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Opposition attempts to “humiliate” Erdoğan "unacceptable": official
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Turkey's President Recep Tayyip Erdoğan speaks during a graduation ceremony for foreign students in Ankara, Turkey, on June 11, 2015. (AP Photo/Burhan Ozbilici)

Turkey’s President Recep Tayyip Erdoğan speaks during a graduation ceremony for foreign students in Ankara, Turkey, on June 11, 2015. (AP Photo/Burhan Ozbilici)

Beirut, Asharq Al-Awsat—A high-level Turkish official has warned the country’s opposition parties that their attempts to “humiliate” President Recep Tayyip Erdoğan were “unacceptable” and would not lead to a coalition government.

Speaking to Asharq Al-Awsat, the official criticized the conditions made by the country’s largest opposition parties to form a coalition with the Justice and Development Party (AKP), which Erdoğan founded, and led for more than 13 years, including 11 as prime minister.

The AKP lost its overall majority in Turkey on June 7, winning 40.9 percent of the vote, while the two largest opposition parties, the center–left Republican People’s Party (CHP) and the right-wing Nationalist Movement Party (MHP), won 25 percent and 16.3 percent of the vote respectively.

Both parties have demanded Erdoğan, who officially no longer has any connection to the AKP—though in a highly criticized move attended the party’s pre-election rallies—vacate the newly built Ak Saray (White Palace) on the outskirts of Ankara, a sprawling 615 million US dollar, 1,000-room presidential palace, seen by many in Turkey as a symbol of Erdoğan’s authoritarianism and extravagance.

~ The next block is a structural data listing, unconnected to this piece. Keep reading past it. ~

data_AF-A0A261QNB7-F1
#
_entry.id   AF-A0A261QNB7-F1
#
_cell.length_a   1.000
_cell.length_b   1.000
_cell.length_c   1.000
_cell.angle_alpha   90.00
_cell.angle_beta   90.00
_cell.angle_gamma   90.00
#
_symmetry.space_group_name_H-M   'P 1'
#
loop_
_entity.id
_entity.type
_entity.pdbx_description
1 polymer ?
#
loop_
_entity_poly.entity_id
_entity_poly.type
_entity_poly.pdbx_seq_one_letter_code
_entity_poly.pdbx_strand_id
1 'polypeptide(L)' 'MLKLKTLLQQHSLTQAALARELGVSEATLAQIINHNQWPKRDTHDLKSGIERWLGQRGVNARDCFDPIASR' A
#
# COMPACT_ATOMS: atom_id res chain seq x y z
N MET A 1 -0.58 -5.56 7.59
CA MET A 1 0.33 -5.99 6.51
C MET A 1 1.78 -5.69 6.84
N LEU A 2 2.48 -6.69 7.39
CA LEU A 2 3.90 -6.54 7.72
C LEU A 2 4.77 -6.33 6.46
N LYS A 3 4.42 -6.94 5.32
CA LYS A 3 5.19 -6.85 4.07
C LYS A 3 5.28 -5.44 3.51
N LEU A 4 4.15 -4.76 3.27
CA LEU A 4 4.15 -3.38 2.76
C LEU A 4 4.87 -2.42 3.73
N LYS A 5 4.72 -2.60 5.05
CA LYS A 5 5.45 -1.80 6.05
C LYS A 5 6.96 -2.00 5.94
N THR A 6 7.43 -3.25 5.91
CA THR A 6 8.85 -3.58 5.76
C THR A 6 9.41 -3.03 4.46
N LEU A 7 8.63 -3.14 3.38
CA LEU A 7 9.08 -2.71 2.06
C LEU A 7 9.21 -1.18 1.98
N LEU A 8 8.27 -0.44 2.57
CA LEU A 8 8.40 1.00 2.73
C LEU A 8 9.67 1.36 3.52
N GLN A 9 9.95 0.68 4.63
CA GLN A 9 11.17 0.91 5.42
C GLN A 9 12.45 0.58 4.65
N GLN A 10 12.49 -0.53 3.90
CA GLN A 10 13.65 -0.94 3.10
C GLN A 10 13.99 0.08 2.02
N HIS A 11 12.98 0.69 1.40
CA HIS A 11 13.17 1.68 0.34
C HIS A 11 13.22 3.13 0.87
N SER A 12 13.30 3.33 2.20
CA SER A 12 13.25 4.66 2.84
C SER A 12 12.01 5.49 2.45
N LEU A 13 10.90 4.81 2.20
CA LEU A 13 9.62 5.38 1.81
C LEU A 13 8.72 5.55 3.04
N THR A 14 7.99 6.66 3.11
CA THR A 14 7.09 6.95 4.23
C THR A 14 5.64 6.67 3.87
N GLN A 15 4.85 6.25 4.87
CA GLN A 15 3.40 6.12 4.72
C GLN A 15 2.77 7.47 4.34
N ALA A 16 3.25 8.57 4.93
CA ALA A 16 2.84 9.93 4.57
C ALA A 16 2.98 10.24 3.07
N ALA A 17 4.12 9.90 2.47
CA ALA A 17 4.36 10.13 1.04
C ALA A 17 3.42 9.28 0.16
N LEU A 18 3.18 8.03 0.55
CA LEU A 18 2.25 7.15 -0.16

Both parties have asked Erdoğan to return to the old presidential seat, the more modest Çankaya presidential palace in central Ankara.

The opposition parties have also asked Erdoğan to stop “meddling” in government affairs. Since winning the presidency in August 2014, Erdoğan has transformed the previously largely ceremonial post to a more “hands on” role, chairing cabinet meetings by invoking seldom-used constitutional powers and playing a greater role in government policy, moves which have drawn stringent criticism from Turkey’s opposition.

Opposition parties warned voters in the build-up to the June 7 polls that a win for the AKP during the elections would give even more power to the party and Erdoğan and threaten Turkey’s democracy.

According to Turkey’s constitution, a coalition government must now be formed within 45 days since no single party has won the 60-percent majority needed to govern. If the parties fail to form a government within the specified timeframe, Turkey will face a snap vote—which polls are indicating would give the AKP enough seats to govern at the second time of asking.

On Monday, Kemal Kılıçdaroğlu, the leader of the CHP, said said he believed opposition parties—”the 60 percent bloc”—should now form the next government, without the AKP.

However, even together, the CHP, MHP, and the pro-Kurdish left-wing People’s Democratic Party (HDP)—the fourth-largest party after the polls with 13.1 percent of the vote—may not be able to form the next government, having collectively fallen just short of the 60 percent needed to govern.

Observers also believe it unlikely the three parties could form a coalition together since they are deeply divided on ideological grounds.